An Interview with Instructor David Remucal
If you’ve been to the Minnesota Landscape Arboretum you know what a special place it is. But did you know that it’s home to one of the largest orchid research programs in the country? (Yes, orchids!)
We caught up with the Arboretum’s curator of endangered plants, David Remucal, to learn more about his new plant conservation course and how terrestrial orchid research found a home here in Minnesota.
Unlocking a Puzzling Plant
“Orchids take up a lot of our time,” Remucal says, “not so much because they are particularly special or endangered, although they are both, but because there is so much unknown about them, especially terrestrial orchids. A lot of research needs to be done in order to preserve and protect them.”
This is largely due to how orchids, specifically terrestrial orchids found in the state, are grown. “You can’t really grow orchids from seed,” he explains. “They have several requirements for germination, including fungi that are likely different between species… You can germinate without the fungi in a lab, but there is no guarantee that they will survive in the wild.”
Orchid research dates back over 100 years, but it has focused mainly on tropical species, the ones more popular with amateur botanists and poachers. Terrestrial orchids are more of an investment because they are trickier to work with.
A Course for the Next Generation of Conservationists
Remucal’s course, APS 5104 Plant Conservation at Botanic Gardens, aims to cover not only the fragility of orchids but the importance of plant conservation overall. Half of Remucal’s course takes place in a classroom, while the other half involves hands-on study at the Arboretum. By engaging with other botanic gardens, students will be able to compare the Arboretum’s methods and strengths against other conservation programs.
“We’ll cover scientific and nonscientific conservation methods," he says. "The scientific methods will be based around data and published literature, things like practical research from labs or greenhouses, stuff we do in the field, like collecting seeds, transplants, and rescues.”
Nonscientific methods, he continues, will focus on developing support for conservation—monetarily, philosophically, and publicly—something the Arboretum is perfectly suited to deliver.
With no prerequisites, anyone interested in plant conservation or working with plants can take the course, as well as MPS in Horticulture students. It will provide different “perspectives of what plant conservation can look like and what botanic gardens can do.” It will give students a closer look at what conservation can offer in terms of career paths or paths of study for the next generation of scientists.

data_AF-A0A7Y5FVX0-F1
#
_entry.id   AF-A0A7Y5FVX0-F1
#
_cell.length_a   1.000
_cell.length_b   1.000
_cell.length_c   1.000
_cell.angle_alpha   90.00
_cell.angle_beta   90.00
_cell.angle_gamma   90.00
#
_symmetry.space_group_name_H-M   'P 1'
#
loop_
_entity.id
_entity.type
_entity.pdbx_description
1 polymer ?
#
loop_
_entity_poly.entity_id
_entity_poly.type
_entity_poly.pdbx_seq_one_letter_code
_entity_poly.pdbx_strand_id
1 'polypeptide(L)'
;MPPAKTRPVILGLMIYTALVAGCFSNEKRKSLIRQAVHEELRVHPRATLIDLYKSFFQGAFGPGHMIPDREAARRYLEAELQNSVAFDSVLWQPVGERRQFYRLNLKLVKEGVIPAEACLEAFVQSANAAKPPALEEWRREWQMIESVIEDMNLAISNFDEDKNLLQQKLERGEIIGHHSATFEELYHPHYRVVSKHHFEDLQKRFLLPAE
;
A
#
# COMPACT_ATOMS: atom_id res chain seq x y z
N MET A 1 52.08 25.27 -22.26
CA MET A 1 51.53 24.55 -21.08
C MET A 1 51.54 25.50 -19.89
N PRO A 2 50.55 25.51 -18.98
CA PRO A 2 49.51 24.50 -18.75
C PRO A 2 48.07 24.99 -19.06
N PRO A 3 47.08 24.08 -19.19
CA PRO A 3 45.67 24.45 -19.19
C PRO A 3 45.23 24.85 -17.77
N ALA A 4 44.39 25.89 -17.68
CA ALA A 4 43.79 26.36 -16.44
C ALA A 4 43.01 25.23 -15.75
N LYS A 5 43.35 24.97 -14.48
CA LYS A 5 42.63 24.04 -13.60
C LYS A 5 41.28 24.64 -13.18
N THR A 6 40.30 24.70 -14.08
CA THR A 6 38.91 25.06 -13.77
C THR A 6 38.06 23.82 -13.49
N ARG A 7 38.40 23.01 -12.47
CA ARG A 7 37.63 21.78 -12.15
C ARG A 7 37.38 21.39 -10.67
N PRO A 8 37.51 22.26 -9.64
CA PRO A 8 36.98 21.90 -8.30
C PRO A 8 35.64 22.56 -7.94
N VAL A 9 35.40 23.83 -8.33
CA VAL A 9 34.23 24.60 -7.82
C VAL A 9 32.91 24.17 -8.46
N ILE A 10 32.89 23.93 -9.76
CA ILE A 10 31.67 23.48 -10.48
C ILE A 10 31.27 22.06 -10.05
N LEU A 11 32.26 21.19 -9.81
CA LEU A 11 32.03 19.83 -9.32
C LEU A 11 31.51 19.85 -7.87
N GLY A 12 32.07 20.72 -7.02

“We want to inspire students to have a conservation ethic; that’s something that’s been sorely lacking in plant science. There are a lot of ways we can develop that support, as simple as bringing in some of these rare plants to the Arb and reminding people of what’s out there in Minnesota that they don’t often get to see, even if they’re out hiking in the wild.”
The Arb Captivates the Community
Even if you’ve never set foot on any of the 1,200 acres of the Minnesota Landscape Arboretum, you’ve probably heard of it.
The Arb, as it’s known, has “a very large and varied landscape that allows for onsite protection of larger species like trees,” Remucal says. His group also works on other plant species like western Jacob’s ladder, Leedy’s roseroot, and the Minnesota dwarf trout lily.
"We want to inspire students to have a conservation ethic; that’s something that’s been sorely lacking in plant science."
“Having the Horticulture Research Center (HRC) at the Arb is important. We couldn’t have done any of the orchid work we’ve done without the HRC. There are so few people doing this kind of orchid research anywhere that we already have one of the largest terrestrial orchid programs in the country.”
Another, perhaps even more important nonscientific factor, is the incredible support that the Arb has across the state. There is a lot of inherent pride about it in Minnesota, says Remucal, even if people have never visited.
This widespread base of support, he adds, makes it easier to build enthusiasm among visitors. He has found that the favorable public view often helps their work run more smoothly; they are not seen as an adversary to other organizations. “It is an unexpected side effect of our popularity. People trust us.”